Last month, I returned to the place where I was reborn, Oaks Recovery.  It was a special occasion.  I was celebrating six months of recovery.  I decided some time ago that, if I made it to six months, I'd pick up my chip there during their commencement night.  My own commencement from Oaks wasn't that long ago.  It was June 9th.  I graduated from their short-term program.  Unlike high school or college, this commencement is different.  I was a bit taken aback from my first commencement experience.  It was powerful, moving and inspiring.  Every Friday evening, all of us washed-up drunks and addicts would gather to celebrate those graduating the program.  There was a keynote speaker, and there was always at least one commencée who'd have their family in attendance.  Someone always cried.  Truth be told, I cried.  At every commencement.  When a person graduates from the program, they get to choose someone to introduce them.  After that, the commencée shares a few words about their experience in recovery.  It's meant to inspire those still working the program.  The stories I've heard have stuck with me, as potent as the day I first heard them.  You'd think that hearing one drunk's life story would be enough, but for me personally, every persons tale has been powerful.  When it came for my speech, I spent most of it pointing out some of my fellow brothers and sharing how each of their stories stuck with me.  Inspired me.  Touched me.  Believe it or not, I really didn't talk much during my time in rehab.  I was broken.  Lost.  I didn't know myself.  I really didn't.  I was a shadow looking for its owner.  I had no desire to fit in or appear cool.  My only desire was to hold it together.  Everything I had been through these past few years was starting to come to the surface.  Probably because I was, for the first time in years, returning to the surface.  Returning to the light after living so long in a deep, dark cave.  And what happens to someone who is exposed to light after being in pitch black for years?  It comes with a bit of shock.  Sensory overload!  That's a good way to describe my time at Oaks.  And the first few months of recovery.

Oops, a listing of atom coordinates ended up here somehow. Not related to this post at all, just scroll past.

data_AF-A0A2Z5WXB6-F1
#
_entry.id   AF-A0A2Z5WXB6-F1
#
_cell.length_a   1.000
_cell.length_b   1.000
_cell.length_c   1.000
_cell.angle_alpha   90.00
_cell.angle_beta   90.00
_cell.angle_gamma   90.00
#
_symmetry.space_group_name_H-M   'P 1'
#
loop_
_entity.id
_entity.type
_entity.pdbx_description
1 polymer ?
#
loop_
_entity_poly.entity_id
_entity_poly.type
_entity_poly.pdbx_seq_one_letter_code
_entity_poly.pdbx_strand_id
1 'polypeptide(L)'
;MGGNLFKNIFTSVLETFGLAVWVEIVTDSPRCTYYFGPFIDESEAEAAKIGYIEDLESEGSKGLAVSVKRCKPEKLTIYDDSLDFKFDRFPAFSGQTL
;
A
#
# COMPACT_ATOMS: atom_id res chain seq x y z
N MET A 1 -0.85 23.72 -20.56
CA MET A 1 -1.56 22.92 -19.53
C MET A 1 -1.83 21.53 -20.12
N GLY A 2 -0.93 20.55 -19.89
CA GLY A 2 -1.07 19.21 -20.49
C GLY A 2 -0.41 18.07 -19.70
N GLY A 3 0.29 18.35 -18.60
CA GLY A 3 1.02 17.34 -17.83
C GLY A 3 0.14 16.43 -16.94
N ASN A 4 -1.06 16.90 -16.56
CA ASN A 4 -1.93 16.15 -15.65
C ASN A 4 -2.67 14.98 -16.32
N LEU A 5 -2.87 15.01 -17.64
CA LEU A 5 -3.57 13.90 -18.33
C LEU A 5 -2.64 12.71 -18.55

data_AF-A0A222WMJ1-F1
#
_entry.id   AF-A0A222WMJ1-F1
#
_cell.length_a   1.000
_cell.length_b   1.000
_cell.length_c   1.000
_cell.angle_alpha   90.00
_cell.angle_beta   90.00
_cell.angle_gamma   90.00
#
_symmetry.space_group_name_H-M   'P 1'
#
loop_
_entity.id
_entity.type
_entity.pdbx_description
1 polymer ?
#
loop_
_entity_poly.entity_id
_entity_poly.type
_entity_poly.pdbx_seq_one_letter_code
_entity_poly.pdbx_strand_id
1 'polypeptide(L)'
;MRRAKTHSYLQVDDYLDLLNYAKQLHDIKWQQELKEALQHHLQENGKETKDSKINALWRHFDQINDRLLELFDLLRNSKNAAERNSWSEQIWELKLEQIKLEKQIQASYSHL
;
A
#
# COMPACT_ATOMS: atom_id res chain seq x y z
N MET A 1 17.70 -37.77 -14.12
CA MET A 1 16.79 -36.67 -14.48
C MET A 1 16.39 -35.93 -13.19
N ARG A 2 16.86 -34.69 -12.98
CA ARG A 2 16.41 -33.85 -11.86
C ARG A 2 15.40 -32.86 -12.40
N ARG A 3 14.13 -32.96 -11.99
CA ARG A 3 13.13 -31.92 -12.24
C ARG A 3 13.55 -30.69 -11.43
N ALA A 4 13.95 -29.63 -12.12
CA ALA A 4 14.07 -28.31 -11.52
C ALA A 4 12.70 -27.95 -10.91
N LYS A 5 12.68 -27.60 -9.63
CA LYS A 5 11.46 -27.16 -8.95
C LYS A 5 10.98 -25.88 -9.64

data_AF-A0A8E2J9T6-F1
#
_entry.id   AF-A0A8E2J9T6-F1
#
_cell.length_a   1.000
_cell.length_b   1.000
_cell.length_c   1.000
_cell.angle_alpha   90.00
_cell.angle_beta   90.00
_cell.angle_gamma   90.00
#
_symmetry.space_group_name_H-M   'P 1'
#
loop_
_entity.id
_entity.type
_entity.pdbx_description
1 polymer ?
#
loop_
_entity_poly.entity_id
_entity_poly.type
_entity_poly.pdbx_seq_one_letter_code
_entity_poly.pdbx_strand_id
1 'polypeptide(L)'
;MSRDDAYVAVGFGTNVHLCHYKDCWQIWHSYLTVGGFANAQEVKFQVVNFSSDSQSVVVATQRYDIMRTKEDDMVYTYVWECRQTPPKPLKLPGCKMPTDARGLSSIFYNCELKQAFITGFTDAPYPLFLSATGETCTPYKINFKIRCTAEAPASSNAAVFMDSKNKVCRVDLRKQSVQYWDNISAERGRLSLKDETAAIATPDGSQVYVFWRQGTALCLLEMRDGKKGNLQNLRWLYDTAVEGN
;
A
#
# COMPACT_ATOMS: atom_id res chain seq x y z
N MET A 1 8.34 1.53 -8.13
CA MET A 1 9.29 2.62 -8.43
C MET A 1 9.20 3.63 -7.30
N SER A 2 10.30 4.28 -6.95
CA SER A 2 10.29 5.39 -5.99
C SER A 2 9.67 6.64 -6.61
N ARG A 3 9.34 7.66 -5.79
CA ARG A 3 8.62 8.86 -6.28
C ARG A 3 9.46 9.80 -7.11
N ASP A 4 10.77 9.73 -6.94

When I commenced the program back in June, my parents came.  But they didn't show up with balloons and presents.  They were distant and cold.  Their visit for commencement marked the first time I had seen my mom in nine months (not counting the time she had visited me while I was in jail... and in case you're wondering, yeah, that was a shameful moment for me.  But it was also a turning point.  Seeing my mother with tears in her eyes, staring at her through a glass window, jolted me out of some fog.  I knew it was time to get help).  There was no rush to hug me.  They kept their distance.  After all the pain I had put them through, I couldn't blame them one bit.  They had no idea whether or not I had changed at all.  Neither did I.